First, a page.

- Associated Press - Sunday, December 14, 2014

JACKSON, Miss. (AP) - Mississippi has a love-hate relationship with federal spending.

Politicians are eager to announce when federal funds flow to the state for a variety of projects, from a few thousand dollars for a local food bank to a few million for a shipbuilding contract.

But candidates win easy applause by pledging to slash spending if they’re elected. Even incumbents who boast about bringing federal money home to Mississippi have been known to denounce profligate use of federal tax dollars in other states.


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Mississippi has been one of the poorest states for generations, and a new study from a nonpartisan group, the Pew Charitable Trusts, reiterates what experts have known for a long time - the state would be hard hit without a steady flow of dollars from Washington.

“Federal spending affects economic activity in every state,” the Pew report says. “One way to gauge its relative importance is to measure total federal spending against total economic activity - also known as gross domestic product (GDP) - in each state. This provides a standardized yardstick by which to compare spending across states…. Nationally, federal spending in the states was equivalent to 19 percent of state economic activity in fiscal 2013, but that figure ranged from 32.9 percent in Mississippi to 11.6 percent in Wyoming.”



Only the seat of federal government, the District of Columbia, was higher than Mississippi, at 42.3 percent.

The Pew report is not about the sheer number of federal dollars spent in each state. The stacks of federal dollars going to larger states such as California or Texas would dwarf the stack of federal dollars spent in Mississippi. But because Mississippi has a smaller economic output, the federal stack looks proportionately larger in the poor state.

Mississippi’s nonpartisan state economist, Darrin Webb, said in an interview this past week that the state has several entrenched problems related to generational poverty, such as a high level of school dropouts. Large numbers of children are being raised in single-parent homes that are more likely to be poor, he said.

Webb pointed out that while some policymakers believe the influx of federal money has helped, others believe the federal War on Poverty, which dates back to President Lyndon Johnson’s administration in the 1960s, has failed.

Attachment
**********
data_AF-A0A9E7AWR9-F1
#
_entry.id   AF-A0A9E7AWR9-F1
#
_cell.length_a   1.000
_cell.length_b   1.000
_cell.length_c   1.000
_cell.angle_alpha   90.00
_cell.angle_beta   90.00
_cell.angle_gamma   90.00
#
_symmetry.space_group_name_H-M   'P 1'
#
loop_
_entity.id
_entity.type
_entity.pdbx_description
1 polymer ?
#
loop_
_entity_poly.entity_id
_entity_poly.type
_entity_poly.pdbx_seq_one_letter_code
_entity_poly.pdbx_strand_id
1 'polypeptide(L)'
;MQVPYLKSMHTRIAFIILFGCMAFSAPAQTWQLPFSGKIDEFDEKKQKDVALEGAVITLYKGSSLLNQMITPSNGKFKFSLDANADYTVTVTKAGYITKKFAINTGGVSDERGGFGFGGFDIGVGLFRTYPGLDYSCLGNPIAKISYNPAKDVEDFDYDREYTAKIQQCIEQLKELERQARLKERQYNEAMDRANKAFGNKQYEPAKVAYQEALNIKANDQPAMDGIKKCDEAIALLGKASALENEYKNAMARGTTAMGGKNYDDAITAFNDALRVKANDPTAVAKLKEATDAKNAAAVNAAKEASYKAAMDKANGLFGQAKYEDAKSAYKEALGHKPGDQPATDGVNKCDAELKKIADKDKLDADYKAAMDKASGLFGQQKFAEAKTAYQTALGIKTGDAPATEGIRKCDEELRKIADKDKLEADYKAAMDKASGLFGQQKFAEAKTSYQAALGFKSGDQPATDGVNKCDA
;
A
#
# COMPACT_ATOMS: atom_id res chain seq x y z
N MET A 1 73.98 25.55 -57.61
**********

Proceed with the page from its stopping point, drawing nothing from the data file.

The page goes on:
“We need both sides of the aisle to look at the problem and how best to fix it because what we’re doing is not working,” Webb told The Associated Press. “Nobody wants people to go hungry. This is a generous state. People want to help folks. They just want to know that their dollars are being effective.”

During the federal budget year that ended Sept. 20, 2013, the federal government spent about $3.1 trillion nationwide in five categories: retirement, nonretirement benefits, grants, contracts, and salaries and wages. Federal spending in Mississippi that year was about $34.3 billion.

The federal government spends money for a wide variety of reasons, including defense, transportation, education, Social Security, Medicaid, Medicare, agriculture subsidies and disaster relief.

Mississippi, so far, has opted to reject hundreds of millions of federal dollars by not expanding Medicaid under the federal health overhaul. Gov. Phil Bryant and fellow Republicans who lead the state House and Senate say they don’t trust the federal government’s promise of future funding for Medicaid, while many Democrats say Mississippi is ignoring money that could improve the health of the working poor.

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Online: Pew report: https://www.pewtrusts.org/en/research-and-analysis/issue-briefs/2014/12/federal-spending-in-the-states

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Follow Emily Wagster Pettus on Twitter: https://twitter.com/EWagsterPettus

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